But there we go, here’s Golwg 360 site on a second on-line server.

It’s possible to see the Golwg 360 more or less exactly as it was on the day of the launch. It’s possible to click on the stories, laugh at the design, mock the stretched images – all the things that’s possible to do on the real Golwg 36o site.

It’s interesting that no new articles are live after May 7th. There’s plenty of live articles before then, but it’s obvious there is no connection with Golwg data-base after that date.

[Screenshot] Article on Golwg360, showing the date - 7/5/09

[Screenshot] Article on Golwg360, showing the date – no later than 7/5/09

This reminded me of a comment I read on maes-e:

“There’s only one ‘small’ problem that’s causing all the technical problems (and this should have been sorted by now, temporarily, at least..) – we tested the system rigorously on the development system and the live system was different.”

It’s therefore obvious that this was the test system used to develop the Golwg 360 site.

A week before the launch they moved content feeding links to a new server, leaving this as a reminder of how Golwg 360 was (at it’s zenith?).

Who hosts the test server? Indinfotech

We were told that Tinopolis, Golwg, Telesgop and TV Everywhere had all assisted in Golwg 360’s efforts – although it was asserted that non of the public money was spent on the site.

It’s obvious that the test site was driven from’ domain, but there’s no website to be found by following that path.

My next step was to discover who had registered the domain name. This is possible by using he “whois” service on- which lists various links regarding those who’ve registered domain names. Personal registrations can remain private – but companies generally have o register publicly..

[Screenshot] Whois search for

[Screenshot] Search result for - "Administrative Contact: Indinfotech srikrishna Nakka (rani(yn)indinfotech(dotyn)com)Fax: +1.4253730689 13605 NE 8th St ,#202 Bellevue, WA 98005 US"

There’s a link between according to the search result between and, which isn’t rally a shock.

He interesting this is that there is a website at

[Screenshot]’s website

From reading the site, it’s obvious that indinfotech is a general computing services company.

[Screenshot] A page on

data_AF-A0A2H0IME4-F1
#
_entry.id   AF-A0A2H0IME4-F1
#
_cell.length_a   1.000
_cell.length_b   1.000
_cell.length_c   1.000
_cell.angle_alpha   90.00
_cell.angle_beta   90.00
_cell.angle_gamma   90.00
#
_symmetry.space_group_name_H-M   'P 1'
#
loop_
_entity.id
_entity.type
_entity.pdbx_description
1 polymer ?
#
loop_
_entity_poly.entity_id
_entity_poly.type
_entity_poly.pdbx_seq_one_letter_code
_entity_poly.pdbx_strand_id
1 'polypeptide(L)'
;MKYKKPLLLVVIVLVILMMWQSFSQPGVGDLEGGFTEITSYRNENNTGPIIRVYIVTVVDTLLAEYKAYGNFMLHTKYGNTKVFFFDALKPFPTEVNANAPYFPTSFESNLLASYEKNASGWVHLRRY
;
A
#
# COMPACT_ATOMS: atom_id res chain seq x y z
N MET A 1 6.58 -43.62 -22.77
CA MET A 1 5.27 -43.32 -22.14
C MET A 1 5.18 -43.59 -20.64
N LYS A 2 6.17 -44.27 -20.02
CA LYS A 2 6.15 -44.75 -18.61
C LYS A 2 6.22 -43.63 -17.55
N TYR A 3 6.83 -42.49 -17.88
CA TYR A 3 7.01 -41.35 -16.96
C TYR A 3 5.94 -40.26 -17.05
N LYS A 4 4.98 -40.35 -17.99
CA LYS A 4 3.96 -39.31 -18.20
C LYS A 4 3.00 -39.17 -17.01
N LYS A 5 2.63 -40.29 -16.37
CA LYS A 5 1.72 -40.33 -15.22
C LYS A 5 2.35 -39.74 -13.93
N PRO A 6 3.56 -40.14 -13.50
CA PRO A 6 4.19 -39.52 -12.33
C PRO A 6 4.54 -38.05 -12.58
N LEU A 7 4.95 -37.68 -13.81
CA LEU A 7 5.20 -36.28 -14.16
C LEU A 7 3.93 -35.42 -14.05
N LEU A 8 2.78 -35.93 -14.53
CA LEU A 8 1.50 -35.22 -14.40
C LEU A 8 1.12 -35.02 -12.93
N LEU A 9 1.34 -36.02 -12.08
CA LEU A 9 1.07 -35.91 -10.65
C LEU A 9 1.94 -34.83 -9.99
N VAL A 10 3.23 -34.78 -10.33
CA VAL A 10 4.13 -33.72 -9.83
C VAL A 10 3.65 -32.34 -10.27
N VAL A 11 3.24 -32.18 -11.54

There’s also an option to chat ol-line! Shall we click?

[Screeenshot] can’t hold a discussion on-line despite their website encouraging people to contact them this way.

O dear – the site’s broken. What a surprise.

Headquaters in Seattle, workers in India

But wait! What’s this? On the “Team” page – there’s details about the company’s structure.

[Screenshot] The "Team" page on’s website – mentioning that the technical team is all based in India.

Here we’re given a description of the workers location. There’s a headquarters in Seattle, but all the technical staff are in India India. This company is therefore one of the new norms of the general business world:

Companies with a source of cheap labour in one country sets up it’s headquarters another country to win contracts in that country, and then outsource then ‘export’ work to be completed at home.

An example of an organization in Wales that has used such a business service (successfully and to a good standard) is the National Library – which had a similar company transfer it’s old inaccessible books into accessible electronic text files It’s headquarters was here and the work was done abroad (if Cachu360 remembers correctly, apologies if the exact facts re incorrect)

Golwg360 – Arloesi* (Pioneering) in India?

[*building up to it’s launch, Golwg were forever using the word ‘Arloesi’!]

On’s site, documents show the range of their services – and shows examples of what they’ve done in the past:

[Screenshot] PDF page on’s site showing the services

[Screenshot] PDF page on’s site showing websites they’ve created

O dear… India 360?

As a further malicious step, I used a service that checks that different websites are complying to on-line standards… Yes, well, can I just say IndInfoTech has just the qualifications to assist in the development of …

[Screenshot] Validation report for - showing 44 serious errors

As Cachu360 writes this, there are 122 serious errors on’s home page…


  1. To close, it must be asked – after seeing the “evidence” above – was the public money spent on Golwg 360 go to Seattle and India?

  2. Why was the majority of the development done outside Wales, when the development work would have been incredibly valuable to the Welsh on-line community in Wales - Golwg 360 (beta) precise audience?

  3. Has Golwg made a mistake by moving from publishing in print to on-line publishing?

  4. Does the public deserve better, considering all the public money given to a private company?

  5. Does Dylan Iorwerth know what the “internets” [sic] is?

  6. Are Wales’ web tubes too full for us to appreciate Golwg 360?

Answers to just the first two questions would be more tan enough for Cachu360